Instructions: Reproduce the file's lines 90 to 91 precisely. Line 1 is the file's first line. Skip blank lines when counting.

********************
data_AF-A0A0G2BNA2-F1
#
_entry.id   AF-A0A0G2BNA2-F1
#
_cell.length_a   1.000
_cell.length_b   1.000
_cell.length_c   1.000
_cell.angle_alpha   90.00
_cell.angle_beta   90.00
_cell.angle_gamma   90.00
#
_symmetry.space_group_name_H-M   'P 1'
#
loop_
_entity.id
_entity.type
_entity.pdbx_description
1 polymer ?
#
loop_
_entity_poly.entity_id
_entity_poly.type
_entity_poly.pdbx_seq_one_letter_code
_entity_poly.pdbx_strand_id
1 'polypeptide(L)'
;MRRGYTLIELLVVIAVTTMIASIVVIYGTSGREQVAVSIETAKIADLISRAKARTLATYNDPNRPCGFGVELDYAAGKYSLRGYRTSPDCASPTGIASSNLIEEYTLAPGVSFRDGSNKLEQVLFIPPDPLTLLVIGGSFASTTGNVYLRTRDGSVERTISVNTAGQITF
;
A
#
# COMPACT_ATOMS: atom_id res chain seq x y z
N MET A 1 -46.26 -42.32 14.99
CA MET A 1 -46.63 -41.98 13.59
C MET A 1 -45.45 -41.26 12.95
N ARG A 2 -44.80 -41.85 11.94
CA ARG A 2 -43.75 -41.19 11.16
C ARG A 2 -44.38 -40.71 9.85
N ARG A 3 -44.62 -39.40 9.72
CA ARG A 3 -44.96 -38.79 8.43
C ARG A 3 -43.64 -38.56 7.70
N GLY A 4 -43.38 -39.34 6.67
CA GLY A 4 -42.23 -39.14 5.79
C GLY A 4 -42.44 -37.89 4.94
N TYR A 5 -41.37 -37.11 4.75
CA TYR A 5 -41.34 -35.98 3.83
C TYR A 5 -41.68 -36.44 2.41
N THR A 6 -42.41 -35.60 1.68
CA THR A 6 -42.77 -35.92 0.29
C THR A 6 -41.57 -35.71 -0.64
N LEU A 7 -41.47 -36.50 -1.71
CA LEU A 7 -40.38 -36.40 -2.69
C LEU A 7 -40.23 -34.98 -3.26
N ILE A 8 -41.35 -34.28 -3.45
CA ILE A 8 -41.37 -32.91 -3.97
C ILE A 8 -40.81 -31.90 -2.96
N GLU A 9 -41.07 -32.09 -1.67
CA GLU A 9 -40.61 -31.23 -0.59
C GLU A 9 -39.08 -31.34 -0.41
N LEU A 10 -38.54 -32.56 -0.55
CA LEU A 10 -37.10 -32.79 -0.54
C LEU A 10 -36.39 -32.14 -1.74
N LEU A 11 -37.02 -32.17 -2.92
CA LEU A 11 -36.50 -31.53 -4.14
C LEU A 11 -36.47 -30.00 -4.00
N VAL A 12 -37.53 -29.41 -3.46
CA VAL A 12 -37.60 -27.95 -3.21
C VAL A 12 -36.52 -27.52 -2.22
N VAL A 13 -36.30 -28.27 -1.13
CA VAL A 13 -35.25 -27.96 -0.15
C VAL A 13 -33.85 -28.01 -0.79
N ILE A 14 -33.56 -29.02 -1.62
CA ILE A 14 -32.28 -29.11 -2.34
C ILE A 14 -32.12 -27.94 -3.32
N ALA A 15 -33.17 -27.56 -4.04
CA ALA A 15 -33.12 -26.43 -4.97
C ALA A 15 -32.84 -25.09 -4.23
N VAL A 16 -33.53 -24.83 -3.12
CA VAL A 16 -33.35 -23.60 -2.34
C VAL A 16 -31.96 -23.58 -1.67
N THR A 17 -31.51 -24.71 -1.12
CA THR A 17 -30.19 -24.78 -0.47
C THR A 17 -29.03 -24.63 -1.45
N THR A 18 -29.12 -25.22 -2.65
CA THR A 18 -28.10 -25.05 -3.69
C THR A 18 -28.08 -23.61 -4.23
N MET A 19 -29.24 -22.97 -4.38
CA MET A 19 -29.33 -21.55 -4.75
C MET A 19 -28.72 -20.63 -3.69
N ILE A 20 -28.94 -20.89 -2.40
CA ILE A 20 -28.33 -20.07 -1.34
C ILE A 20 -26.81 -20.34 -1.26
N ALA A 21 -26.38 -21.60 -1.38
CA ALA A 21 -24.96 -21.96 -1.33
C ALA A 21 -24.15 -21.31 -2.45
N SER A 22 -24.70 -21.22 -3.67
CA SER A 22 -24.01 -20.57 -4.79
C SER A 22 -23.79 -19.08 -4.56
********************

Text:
C ILE A 20 -26.81 -20.34 -1.26
N ALA A 21 -26.38 -21.60 -1.38